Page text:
|‘Singing angels’ share gifts with church|
By Kathy L. Gilbert*
May 1, 2009
I have often thought the worship service should end after the
soloist sings. The pastor should just say “Amen” and thank the Lord for
the blessing everyone just received through a beautiful voice
expressing inspired words of praise.
You know, just stop while you’re ahead.
There are more than 34,000 United Methodist churches in the United
States and in each one is at least one singer whose voice pierces the
hearts of the faithful most Sundays. The talents vary but the passion
is the same.
Susan Boyle, a 47-year-old single person bullied most of her life,
stepped out in front of an unfriendly audience on “Britain’s Got
Talent” and bared her soul. The result was the shaming of a hostile
audience who first judged her on her looks before she had a chance to
share her gifts.
The lesson she taught us was to wait, don’t be so quick to judge, we
are all God’s children blessed with gifts and talents. Her sudden fame
seems like a good time to pause and appreciate those faithful and
talented souls who are singing their hearts out for United Methodist
congregations every week.
A choir from Christ United Methodist Church, Baltimore, Md., sings
during worship celebration at the 2008 General Conference in Fort
A UMNS photo by Paul Jeffrey.
What Boyle did took courage and a belief in herself. How many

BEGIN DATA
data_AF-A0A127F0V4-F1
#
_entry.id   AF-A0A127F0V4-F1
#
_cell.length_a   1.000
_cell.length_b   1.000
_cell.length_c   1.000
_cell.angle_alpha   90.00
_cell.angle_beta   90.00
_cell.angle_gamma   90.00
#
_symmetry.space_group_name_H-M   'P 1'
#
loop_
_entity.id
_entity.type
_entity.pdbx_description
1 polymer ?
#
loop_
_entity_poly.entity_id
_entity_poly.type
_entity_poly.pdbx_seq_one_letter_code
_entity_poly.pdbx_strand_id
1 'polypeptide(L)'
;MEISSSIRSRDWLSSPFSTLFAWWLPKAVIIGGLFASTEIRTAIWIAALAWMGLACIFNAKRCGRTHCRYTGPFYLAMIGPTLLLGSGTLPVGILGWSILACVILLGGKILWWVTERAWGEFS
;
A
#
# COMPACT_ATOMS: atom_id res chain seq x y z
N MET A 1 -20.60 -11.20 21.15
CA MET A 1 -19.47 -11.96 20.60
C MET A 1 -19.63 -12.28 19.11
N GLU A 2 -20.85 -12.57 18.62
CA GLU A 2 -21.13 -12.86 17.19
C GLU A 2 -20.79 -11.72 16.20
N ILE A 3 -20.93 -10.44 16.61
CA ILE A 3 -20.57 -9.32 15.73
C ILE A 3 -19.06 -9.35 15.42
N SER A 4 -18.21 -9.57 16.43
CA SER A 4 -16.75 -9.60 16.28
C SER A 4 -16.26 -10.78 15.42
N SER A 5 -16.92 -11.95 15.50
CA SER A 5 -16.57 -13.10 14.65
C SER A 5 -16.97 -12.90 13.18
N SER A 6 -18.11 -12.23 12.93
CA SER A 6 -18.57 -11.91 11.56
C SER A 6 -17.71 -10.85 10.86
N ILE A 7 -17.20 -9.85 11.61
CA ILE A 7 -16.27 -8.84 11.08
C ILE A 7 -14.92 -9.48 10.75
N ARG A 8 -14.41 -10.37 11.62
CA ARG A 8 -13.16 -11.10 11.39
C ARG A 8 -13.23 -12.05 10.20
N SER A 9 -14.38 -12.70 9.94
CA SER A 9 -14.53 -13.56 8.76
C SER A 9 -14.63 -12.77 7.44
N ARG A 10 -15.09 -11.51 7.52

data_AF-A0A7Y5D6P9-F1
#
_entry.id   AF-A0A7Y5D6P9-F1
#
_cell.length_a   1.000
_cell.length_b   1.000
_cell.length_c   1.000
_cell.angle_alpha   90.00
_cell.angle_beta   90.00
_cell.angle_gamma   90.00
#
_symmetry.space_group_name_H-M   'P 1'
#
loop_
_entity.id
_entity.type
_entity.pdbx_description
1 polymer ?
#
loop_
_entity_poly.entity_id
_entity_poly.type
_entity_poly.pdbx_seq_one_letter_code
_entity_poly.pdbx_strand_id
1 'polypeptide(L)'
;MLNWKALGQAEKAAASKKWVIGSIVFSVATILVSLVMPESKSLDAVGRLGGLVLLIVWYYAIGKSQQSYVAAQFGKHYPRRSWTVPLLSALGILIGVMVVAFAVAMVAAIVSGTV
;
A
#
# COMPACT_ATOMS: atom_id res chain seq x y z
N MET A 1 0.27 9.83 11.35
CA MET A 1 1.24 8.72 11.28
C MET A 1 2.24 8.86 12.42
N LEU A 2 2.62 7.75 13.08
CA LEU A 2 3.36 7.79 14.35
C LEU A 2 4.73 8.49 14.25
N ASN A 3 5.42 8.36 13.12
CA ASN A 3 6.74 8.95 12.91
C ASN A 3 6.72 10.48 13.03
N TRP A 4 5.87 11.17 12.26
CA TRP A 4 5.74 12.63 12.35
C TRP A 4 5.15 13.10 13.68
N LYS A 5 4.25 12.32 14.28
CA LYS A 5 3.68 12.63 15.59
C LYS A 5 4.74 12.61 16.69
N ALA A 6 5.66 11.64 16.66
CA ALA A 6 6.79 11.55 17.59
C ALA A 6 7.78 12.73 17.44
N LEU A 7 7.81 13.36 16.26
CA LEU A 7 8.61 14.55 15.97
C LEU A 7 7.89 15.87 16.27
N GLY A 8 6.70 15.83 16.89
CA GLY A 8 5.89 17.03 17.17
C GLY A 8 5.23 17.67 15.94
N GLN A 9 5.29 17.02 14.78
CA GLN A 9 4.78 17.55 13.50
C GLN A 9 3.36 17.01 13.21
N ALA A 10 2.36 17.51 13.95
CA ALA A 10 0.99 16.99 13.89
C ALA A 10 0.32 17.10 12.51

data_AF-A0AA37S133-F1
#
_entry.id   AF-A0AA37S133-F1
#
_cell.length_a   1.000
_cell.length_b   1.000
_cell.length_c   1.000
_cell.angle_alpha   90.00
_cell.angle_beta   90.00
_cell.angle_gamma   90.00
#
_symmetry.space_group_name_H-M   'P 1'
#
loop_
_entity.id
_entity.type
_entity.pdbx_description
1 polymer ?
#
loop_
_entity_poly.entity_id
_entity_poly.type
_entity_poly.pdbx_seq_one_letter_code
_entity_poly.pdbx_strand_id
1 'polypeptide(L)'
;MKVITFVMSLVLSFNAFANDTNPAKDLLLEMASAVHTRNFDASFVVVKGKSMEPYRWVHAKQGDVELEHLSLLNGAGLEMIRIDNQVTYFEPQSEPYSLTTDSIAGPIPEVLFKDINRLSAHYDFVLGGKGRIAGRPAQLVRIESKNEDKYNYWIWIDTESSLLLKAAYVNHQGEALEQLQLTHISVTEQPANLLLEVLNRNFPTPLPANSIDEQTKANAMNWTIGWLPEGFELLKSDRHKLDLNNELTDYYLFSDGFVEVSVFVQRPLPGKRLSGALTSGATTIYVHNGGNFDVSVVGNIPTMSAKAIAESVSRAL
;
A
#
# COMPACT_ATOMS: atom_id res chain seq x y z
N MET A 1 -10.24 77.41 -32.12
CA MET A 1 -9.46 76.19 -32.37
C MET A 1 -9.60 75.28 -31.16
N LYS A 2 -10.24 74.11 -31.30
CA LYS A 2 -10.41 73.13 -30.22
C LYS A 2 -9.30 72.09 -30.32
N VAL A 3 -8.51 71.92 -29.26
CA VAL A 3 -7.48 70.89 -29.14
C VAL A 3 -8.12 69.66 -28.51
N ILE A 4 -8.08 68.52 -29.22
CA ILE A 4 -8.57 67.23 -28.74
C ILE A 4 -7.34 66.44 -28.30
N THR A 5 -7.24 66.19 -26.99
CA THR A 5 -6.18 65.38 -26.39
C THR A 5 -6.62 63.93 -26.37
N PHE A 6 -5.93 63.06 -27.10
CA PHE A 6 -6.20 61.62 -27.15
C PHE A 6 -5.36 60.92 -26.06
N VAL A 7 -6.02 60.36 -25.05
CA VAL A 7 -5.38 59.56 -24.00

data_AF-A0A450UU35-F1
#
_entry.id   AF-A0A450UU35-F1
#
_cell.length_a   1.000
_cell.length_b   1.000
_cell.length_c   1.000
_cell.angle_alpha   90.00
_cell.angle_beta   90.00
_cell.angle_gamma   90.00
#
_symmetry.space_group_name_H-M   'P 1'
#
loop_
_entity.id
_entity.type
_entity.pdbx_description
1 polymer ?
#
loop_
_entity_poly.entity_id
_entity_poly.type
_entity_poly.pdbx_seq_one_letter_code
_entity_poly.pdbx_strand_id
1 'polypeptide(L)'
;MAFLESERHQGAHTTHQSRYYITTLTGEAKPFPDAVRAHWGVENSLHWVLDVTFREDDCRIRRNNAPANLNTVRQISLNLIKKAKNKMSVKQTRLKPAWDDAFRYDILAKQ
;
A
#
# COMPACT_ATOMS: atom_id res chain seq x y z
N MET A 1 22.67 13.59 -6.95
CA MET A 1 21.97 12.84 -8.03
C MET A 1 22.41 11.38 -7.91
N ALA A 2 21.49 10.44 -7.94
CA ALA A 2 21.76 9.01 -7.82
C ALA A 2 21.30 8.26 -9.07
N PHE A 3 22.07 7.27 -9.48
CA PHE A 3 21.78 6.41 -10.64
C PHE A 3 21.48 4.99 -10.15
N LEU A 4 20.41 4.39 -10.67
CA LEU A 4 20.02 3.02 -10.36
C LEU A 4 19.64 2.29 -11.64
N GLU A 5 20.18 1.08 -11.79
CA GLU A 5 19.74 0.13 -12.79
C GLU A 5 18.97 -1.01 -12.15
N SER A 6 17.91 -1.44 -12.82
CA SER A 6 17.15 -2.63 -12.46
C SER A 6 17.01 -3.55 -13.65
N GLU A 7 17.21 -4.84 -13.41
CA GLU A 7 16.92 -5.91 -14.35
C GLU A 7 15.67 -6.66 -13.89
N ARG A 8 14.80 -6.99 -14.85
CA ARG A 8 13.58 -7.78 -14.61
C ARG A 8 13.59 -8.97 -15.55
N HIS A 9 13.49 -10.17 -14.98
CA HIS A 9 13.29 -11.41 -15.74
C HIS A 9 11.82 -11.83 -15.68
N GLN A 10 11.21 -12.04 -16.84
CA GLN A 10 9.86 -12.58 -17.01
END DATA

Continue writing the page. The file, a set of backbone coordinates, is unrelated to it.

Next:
soloists, choirs, or musicians look out at a congregation and see
unfriendly or unappreciative audiences?
It’s church but it’s not always so nice. There are still many lessons to be learned.
United Methodist News Service sent out a call to Annual (regional)
Conference communicators asking for some names of “terrific voices”
that deserved to be heard by a larger audience. Five nominated singers
are being profiled in a special report that will include photos, video
William Suggs, 35, was born profoundly deaf. As a
teenager, he started losing his sight and eventually he will be totally
blind. He has a gift for interpreting songs he can neither see nor hear
through sign language.
Enrique Sanchez-Jeffery is a 28-year-old classically
trained musician who once considered becoming an opera singer and has
sung with gospel superstar Kirk Franklin. But he chose God because, he
believes, God chose him.
The Mass Choir, comprising gifted
singers from around the globe, sings
at the 2004 United Methodist General Conference in Pittsburgh. A UMNS
photo by Mike DuBose.
The Rev. Charlene Harris Allen lost her voice when
she was 18 and a singer in a rock ‘n’ roll band. Years later she
regained her voice and with the encouragement of church leaders started
sharing her gift again. Her success in ministering to others through
song led her to go to seminary in her 40s.
Greta Oglesby is a successful professional performer
whose career has been guided by the gospel songs she learned as a child
in her father’s church. “God orders my steps,” she says.
Fran Wilson taught himself to read music when he was
in elementary school and music has been “his life.” “He sings with such
joy on his face—a reflection of his assurance and faith in the abundant
life we have in Jesus,” says the Rev. Michelle Reed, his pastor.
There are countless others. If you know one, tell them what their gift brings to your life.
As a person who can “make a joyful noise” but not a voice anyone would
want to hear, I greatly admire the holy singers who stir our spirits
Blessings to you all.
*Gilbert is a United Methodist News Service news writer based in Nashville, Tenn.
News media contact: Kathy L. Gilbert, Nashville, Tenn., (615) 742-5470 or email@example.com.
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Board of Discipleship